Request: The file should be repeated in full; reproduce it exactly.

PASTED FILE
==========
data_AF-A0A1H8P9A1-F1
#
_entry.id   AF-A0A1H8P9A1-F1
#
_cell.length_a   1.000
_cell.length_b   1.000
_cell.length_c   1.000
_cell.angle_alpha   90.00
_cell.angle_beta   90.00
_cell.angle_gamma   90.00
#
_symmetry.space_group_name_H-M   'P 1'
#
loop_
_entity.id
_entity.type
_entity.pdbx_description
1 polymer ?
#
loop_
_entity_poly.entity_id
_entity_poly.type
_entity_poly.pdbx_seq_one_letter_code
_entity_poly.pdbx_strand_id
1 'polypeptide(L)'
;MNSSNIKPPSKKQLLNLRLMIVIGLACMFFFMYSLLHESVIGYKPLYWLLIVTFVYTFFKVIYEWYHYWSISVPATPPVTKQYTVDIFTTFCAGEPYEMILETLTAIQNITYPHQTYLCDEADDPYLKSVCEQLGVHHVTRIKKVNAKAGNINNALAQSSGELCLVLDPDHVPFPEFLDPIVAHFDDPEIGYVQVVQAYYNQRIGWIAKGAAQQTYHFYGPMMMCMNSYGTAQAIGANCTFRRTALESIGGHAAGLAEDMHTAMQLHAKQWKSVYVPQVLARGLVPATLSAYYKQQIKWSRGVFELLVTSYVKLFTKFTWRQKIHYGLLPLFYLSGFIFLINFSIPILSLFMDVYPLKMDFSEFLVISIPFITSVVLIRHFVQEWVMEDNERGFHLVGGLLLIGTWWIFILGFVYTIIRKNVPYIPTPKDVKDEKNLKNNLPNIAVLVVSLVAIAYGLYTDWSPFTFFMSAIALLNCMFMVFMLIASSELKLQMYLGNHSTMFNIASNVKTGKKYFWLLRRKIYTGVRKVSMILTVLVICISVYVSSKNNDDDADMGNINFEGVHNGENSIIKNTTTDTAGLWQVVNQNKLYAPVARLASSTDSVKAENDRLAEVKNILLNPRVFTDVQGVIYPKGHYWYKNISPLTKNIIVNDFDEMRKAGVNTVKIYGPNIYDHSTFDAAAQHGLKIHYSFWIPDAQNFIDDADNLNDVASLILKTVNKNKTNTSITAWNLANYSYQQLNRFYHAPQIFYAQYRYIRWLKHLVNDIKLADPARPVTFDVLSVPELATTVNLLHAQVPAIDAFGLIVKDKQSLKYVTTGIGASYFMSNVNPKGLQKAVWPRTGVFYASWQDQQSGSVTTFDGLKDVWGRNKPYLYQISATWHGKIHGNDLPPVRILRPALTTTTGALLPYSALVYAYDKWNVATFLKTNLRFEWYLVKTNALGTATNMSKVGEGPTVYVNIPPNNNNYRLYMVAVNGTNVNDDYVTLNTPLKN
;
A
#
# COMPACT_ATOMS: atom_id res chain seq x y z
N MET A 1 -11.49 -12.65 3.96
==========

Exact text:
data_AF-A0A1H8P9A1-F1
#
_entry.id   AF-A0A1H8P9A1-F1
#
_cell.length_a   1.000
_cell.length_b   1.000
_cell.length_c   1.000
_cell.angle_alpha   90.00
_cell.angle_beta   90.00
_cell.angle_gamma   90.00
#
_symmetry.space_group_name_H-M   'P 1'
#
loop_
_entity.id
_entity.type
_entity.pdbx_description
1 polymer ?
#
loop_
_entity_poly.entity_id
_entity_poly.type
_entity_poly.pdbx_seq_one_letter_code
_entity_poly.pdbx_strand_id
1 'polypeptide(L)'
;MNSSNIKPPSKKQLLNLRLMIVIGLACMFFFMYSLLHESVIGYKPLYWLLIVTFVYTFFKVIYEWYHYWSISVPATPPVTKQYTVDIFTTFCAGEPYEMILETLTAIQNITYPHQTYLCDEADDPYLKSVCEQLGVHHVTRIKKVNAKAGNINNALAQSSGELCLVLDPDHVPFPEFLDPIVAHFDDPEIGYVQVVQAYYNQRIGWIAKGAAQQTYHFYGPMMMCMNSYGTAQAIGANCTFRRTALESIGGHAAGLAEDMHTAMQLHAKQWKSVYVPQVLARGLVPATLSAYYKQQIKWSRGVFELLVTSYVKLFTKFTWRQKIHYGLLPLFYLSGFIFLINFSIPILSLFMDVYPLKMDFSEFLVISIPFITSVVLIRHFVQEWVMEDNERGFHLVGGLLLIGTWWIFILGFVYTIIRKNVPYIPTPKDVKDEKNLKNNLPNIAVLVVSLVAIAYGLYTDWSPFTFFMSAIALLNCMFMVFMLIASSELKLQMYLGNHSTMFNIASNVKTGKKYFWLLRRKIYTGVRKVSMILTVLVICISVYVSSKNNDDDADMGNINFEGVHNGENSIIKNTTTDTAGLWQVVNQNKLYAPVARLASSTDSVKAENDRLAEVKNILLNPRVFTDVQGVIYPKGHYWYKNISPLTKNIIVNDFDEMRKAGVNTVKIYGPNIYDHSTFDAAAQHGLKIHYSFWIPDAQNFIDDADNLNDVASLILKTVNKNKTNTSITAWNLANYSYQQLNRFYHAPQIFYAQYRYIRWLKHLVNDIKLADPARPVTFDVLSVPELATTVNLLHAQVPAIDAFGLIVKDKQSLKYVTTGIGASYFMSNVNPKGLQKAVWPRTGVFYASWQDQQSGSVTTFDGLKDVWGRNKPYLYQISATWHGKIHGNDLPPVRILRPALTTTTGALLPYSALVYAYDKWNVATFLKTNLRFEWYLVKTNALGTATNMSKVGEGPTVYVNIPPNNNNYRLYMVAVNGTNVNDDYVTLNTPLKN
;
A
#
# COMPACT_ATOMS: atom_id res chain seq x y z
N MET A 1 -11.49 -12.65 3.96